Local businesses are essential to any city and neighborhood throughout the world. Not only do they create jobs, they also develop a sense of community—a sense of place. Imagine San Francisco without Taquerias, New York City without bodegas, or Portland without coffee shops. All of these local businesses make each city unique and a place their residents are proud to call home.
Every operating business generates sales, income, and property tax revenues, all critical to any society. Without this revenue, local economies experience a chain reaction that hurts the community. Reductions in funding for public schools, roadworks, and health care—the knock-on effect is long. Spawned by the COVID-19 pandemic, local economies worldwide have been struggling to manage the financial hurricane they have endured due to shelter-in-place orders.
As cities begin to reopen and ease shelter-in-place regulations, local businesses will need to reimagine how they will operate moving forward. As we’ve already seen in many states in the US, business owners are being faced with strict occupancy restrictions for the foreseeable future, to reduce the spread of COVID-19 as well as ward off a second wave of the pandemic. Due to these restrictions, businesses are being forced to take a step back and reconsider how we utilize our outdoor spaces—from sidewalks to patios to parking lots, wherever they can safely operate their business with social distancing in effect.
We have already seen the closing of streets to car traffic across the country, and here in San Francisco, streets have been closed to enable people to walk and bike more freely while keeping social distance intact. Other cities in Florida and Georgia have begun to permit restaurants to set up tables on streets in front of their establishments and turn parking lots into additional new dining areas. Earlier this month, San Jose Mayor Sam Liccardo announced an “Al Fresco San Jose” initiative that would allow restaurants to claim sidewalk, alley, and street spaces.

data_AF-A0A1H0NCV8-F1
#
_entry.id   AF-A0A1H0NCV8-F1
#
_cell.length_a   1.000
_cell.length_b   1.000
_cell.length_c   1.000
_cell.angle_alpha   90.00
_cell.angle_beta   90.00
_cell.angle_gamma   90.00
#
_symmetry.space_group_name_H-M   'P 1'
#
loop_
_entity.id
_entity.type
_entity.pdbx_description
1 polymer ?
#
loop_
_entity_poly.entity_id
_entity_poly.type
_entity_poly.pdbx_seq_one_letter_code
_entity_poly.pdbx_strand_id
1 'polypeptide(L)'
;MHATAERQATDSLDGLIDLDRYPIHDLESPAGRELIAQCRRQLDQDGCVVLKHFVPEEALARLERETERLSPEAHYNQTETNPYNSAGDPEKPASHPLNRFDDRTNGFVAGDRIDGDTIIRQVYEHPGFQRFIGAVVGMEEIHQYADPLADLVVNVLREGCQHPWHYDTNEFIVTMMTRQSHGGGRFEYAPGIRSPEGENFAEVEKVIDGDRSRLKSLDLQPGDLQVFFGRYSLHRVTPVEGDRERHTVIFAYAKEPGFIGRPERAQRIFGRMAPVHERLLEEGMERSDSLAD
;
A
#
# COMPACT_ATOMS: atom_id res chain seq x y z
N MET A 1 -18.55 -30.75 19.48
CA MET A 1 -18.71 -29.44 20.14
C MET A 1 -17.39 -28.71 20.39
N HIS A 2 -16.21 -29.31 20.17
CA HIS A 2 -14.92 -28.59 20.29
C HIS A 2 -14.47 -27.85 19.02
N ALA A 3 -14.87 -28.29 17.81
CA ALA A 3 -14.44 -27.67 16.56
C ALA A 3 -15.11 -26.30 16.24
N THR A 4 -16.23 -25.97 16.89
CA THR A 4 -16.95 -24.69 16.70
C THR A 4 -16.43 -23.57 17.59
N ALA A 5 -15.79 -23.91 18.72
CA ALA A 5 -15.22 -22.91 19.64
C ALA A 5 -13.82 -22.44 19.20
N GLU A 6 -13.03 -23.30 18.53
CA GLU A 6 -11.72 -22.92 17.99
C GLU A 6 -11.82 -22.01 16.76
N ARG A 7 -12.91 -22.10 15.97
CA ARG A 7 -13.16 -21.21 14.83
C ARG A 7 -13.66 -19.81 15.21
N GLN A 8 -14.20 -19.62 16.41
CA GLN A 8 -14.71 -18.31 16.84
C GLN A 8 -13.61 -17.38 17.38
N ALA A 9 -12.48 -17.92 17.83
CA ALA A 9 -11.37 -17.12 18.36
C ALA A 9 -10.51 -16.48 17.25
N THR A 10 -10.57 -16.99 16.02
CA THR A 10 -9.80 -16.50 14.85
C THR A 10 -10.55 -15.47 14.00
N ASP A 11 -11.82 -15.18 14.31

In California, as we begin phase two of our reopening policy, businesses that can utilize outdoor space should consider creative and innovative ways they can operate. Additionally, cities will need to be flexible with permitting regulations so that local businesses can identify ways to offset income loss—due to maximum occupancy regulations—to uphold social distancing measures.
As Off the Grid continues to reimagine how we operate as shelter-in-place restrictions ease, we too need to be open to new ways of supporting local businesses and interacting with our community. Enjoying food and beverages may look very different as we lean on our biggest asset during the COVID-19 pandemic—the outdoors. Imagine enjoying a nice round of golf, followed by delicious local food from food trucks parked at the clubhouse, instead of going into the clubhouse for your post-game meal and drinks. Or perhaps instead of hosting a private party, the party comes to you in your favorite park with catered meal options and temporary pop-up elements of comfort such as sheltered pods or bumper tables. The options for creativity are endless if we allow businesses to get creative about how they can operate outdoors, to ensure they’ll have a chance to survive these tough economic times.
Revolution Event Design & Production
With over 10 years of experience and expertise in transforming underutilized outdoor spaces into safe, memorable, and fun experiences, we’re here to continue supporting our community.
To learn more about how Off the Grid is creating unique opportunities for local businesses and communities, contact us here.